Under the PERM Rule, employers are required to 'go

forward' with carefully drafted applications, and, like most

agency laws, the Rule was created and exists solely by authority of

the Administrative Procedure Act (APA). In this article we will

analyze two considerations: How and when the APA requires PERM

employers to go forward with requests for alien labor certification

while providing opportunities for consideration of rebuttals with

documentary evidence.

The familiar, statutory pattern to provide Due Process is

threefold: (1) applications are submitted to agencies, (2) agencies

issue decisions, and (3) opportunities to provide rebuttal evidence

are provided. However, there is a wide range of disparity which may

be expected depending on the type of government and personal

interests at issue.

The Travel Safety Administration is one example — where the

public interest to fly safely is greater than the individual's

right to fly — and the Department of Labor (DOL) is another, where

the mission to protect employment conditions of U.S. workers may

outweigh employers' needs for foreign workers. The right to

immigrate through offers of employment is a civil matter where Due

Process is limited by the need to protect the domestic

workforce.

The next important points in time are the recruitment process

and subsequent filing of results on Form 9089. Here employers must

create and maintain detailed records of all the recruitment steps

they take by preparing supporting documentation for every

contingency.

'Going forward' also means that great attention must be

paid to 100% accuracy on the Form 9089 to avoid even minute

ministerial and typographical errors that can prove fatal. While

some government agencies allow amendments and corrections after the

filing date, but before issuing determinations, PERM does not.

Consider the very first BALCA case, Health America,

2006-PER-0001 (BALCA July 18, 2006), where an employer properly

advertised in two Sunday newspapers but reported the 7th and the

15th, instead of the 7th and the 14th, so that the wrong digit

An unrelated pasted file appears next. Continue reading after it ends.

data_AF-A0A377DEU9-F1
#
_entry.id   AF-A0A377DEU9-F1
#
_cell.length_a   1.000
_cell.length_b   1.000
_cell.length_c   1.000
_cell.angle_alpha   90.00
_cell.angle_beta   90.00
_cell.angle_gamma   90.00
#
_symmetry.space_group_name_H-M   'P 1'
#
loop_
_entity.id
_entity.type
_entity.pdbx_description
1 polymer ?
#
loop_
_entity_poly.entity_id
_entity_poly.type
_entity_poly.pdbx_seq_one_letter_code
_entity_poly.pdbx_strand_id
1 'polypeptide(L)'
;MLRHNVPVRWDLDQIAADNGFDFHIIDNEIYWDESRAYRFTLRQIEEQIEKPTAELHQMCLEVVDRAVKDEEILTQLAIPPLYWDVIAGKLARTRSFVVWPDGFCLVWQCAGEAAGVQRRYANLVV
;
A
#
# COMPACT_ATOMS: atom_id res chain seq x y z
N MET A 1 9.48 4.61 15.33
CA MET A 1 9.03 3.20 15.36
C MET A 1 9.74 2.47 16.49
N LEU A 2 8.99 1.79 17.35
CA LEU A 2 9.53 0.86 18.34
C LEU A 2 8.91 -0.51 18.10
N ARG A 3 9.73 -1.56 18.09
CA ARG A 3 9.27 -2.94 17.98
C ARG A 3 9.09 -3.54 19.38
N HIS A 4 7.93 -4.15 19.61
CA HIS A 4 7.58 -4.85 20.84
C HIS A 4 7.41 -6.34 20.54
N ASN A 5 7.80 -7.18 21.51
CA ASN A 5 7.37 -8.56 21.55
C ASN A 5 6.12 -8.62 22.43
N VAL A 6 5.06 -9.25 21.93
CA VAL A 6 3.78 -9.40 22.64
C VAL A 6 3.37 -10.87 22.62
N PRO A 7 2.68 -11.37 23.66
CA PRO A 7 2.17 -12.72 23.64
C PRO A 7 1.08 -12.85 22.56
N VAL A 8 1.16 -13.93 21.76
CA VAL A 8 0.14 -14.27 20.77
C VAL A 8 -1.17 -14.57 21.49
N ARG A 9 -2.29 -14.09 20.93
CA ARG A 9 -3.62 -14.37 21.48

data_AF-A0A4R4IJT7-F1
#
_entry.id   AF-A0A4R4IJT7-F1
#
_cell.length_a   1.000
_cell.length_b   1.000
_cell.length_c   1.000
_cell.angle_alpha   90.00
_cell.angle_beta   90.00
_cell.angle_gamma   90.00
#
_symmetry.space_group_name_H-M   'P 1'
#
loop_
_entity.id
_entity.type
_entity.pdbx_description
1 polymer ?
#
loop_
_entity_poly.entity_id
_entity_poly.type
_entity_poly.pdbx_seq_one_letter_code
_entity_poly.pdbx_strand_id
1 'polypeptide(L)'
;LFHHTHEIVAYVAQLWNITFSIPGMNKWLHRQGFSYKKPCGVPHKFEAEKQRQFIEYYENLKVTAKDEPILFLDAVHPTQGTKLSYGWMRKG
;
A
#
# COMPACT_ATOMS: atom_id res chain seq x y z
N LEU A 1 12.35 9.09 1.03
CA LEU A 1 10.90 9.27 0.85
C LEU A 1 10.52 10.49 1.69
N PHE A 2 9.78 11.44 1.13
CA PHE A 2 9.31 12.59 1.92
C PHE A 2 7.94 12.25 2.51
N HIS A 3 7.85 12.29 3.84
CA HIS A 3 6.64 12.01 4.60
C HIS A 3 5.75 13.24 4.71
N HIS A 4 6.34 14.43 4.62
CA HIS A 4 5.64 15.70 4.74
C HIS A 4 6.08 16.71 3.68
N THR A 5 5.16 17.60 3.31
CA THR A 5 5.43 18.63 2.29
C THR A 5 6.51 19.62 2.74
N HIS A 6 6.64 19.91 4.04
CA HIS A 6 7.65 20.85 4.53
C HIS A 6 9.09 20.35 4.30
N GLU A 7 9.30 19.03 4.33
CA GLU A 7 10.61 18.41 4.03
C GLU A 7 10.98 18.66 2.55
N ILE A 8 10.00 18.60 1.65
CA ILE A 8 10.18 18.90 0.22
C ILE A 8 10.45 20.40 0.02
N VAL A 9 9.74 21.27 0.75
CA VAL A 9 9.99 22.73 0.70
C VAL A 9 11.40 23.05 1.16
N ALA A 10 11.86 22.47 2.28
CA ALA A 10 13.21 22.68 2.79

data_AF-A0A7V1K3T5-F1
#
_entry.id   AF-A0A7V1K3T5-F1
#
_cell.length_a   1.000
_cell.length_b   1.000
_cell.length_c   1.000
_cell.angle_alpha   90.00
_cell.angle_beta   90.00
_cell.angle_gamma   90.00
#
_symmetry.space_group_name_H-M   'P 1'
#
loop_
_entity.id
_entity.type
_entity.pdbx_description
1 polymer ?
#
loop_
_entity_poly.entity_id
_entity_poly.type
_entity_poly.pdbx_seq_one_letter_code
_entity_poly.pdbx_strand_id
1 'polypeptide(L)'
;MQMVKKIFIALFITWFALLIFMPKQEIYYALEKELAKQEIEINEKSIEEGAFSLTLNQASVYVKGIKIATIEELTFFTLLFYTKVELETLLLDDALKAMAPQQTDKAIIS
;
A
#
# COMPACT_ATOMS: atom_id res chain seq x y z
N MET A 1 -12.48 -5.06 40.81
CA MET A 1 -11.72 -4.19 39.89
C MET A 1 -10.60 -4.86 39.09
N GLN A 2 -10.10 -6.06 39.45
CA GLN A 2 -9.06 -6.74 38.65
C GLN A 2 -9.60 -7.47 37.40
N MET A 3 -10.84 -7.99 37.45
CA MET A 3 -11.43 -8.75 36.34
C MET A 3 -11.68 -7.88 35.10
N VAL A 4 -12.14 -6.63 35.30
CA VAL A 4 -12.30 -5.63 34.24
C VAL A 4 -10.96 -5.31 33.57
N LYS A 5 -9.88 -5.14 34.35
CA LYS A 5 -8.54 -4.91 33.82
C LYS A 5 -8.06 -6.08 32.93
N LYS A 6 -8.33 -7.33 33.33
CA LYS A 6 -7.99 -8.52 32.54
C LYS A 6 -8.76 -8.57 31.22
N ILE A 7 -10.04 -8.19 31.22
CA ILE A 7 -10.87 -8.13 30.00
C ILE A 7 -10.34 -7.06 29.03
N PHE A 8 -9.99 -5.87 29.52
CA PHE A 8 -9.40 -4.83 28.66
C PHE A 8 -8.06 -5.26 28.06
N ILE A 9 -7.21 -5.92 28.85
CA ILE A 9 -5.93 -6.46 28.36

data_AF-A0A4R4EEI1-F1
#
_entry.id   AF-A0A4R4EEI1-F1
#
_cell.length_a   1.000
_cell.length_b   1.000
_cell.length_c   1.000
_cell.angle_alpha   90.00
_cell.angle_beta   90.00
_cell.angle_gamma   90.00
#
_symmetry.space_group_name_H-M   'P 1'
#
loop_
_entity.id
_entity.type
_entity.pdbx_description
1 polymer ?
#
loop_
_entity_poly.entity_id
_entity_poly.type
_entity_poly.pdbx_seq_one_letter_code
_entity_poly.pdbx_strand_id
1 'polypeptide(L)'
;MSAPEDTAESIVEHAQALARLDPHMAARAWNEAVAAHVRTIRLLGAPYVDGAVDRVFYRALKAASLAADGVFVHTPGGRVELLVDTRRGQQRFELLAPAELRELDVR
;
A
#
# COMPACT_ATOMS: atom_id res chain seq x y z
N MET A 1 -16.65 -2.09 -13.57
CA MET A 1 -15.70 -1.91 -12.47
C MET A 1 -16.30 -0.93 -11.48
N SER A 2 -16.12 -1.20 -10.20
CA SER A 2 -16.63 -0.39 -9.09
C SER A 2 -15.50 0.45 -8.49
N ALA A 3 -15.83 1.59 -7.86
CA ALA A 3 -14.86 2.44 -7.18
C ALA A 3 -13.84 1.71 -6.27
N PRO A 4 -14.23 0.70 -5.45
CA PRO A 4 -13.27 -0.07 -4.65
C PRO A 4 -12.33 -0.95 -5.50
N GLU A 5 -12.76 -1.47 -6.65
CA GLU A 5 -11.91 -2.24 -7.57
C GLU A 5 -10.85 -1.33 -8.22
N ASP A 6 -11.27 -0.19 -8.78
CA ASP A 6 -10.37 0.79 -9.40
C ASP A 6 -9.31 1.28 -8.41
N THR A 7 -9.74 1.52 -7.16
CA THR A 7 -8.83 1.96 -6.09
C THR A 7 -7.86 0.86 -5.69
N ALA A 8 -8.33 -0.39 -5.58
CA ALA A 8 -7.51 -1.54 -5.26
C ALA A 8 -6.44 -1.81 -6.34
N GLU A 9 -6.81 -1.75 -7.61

indicated the date of the second Sunday ad on the

form.  

With this simple typo, the second ad was seemingly placed not 7

but 8 days after the first. This error resulted in a denial without

providing the employer an opportunity for rebuttal to prove that

the ads had been placed correctly on two separate Sundays. 

The denial seemed unreasonable to many stakeholders — so much so,

that, acting on advice from the judges, DOL went on to improve Form

9089 with pull-down menus that automatically dissuade employers

from typing the wrong date.

When audits do occur, in about 10% of cases, employers must go

forward with their responses promptly. Audits often state

conclusions, however, that are ambiguous or over-reaching, leaving

employers no opportunity to reach out for clarification. Only after

denials are issued may employers file Requests for Reconsideration

but generally without the opportunity to introduce new

evidence.

Upon denial of reconsideration, the only recourse is to file

Requests for Review to BALCA, but, here again, PERM does not permit

employers to introduce new evidence for consideration by the

administrative law judges. Even new legal arguments are prohibited

if they have not been previously set forth in the record.

A new feature was introduced on May 20, 2020, when DOL published

a rule authorizing the Secretary of Labor to issue final decisions

sua sponte during or after BALCA. As of this date, no such

decisions have been issued, however, worthy of note is the fact

that the Secretary will only issue decisions based on record files,

because there is no provision for employers to reopen to provide

the Secretary with additional information or documentation.

In summary, the PERM Rule is weighted in favor of U.S. workers

whom the agency must protect, but it does so at the cost of minimal

Due Process for employers. A new Form 9089 has been proposed and

not yet approved by DOL which contains additional fields for

employers to fill in during the initial filing of the case, but

still affords no opportunity to upload or attach additional

documentary evidence. Without a level playing field for PERM, great

care must be taken to always go forward by establishing the most

comprehensive record file possible.

The content of this article is intended to provide a general

guide to the subject matter. Specialist advice should be sought

about your specific circumstances.

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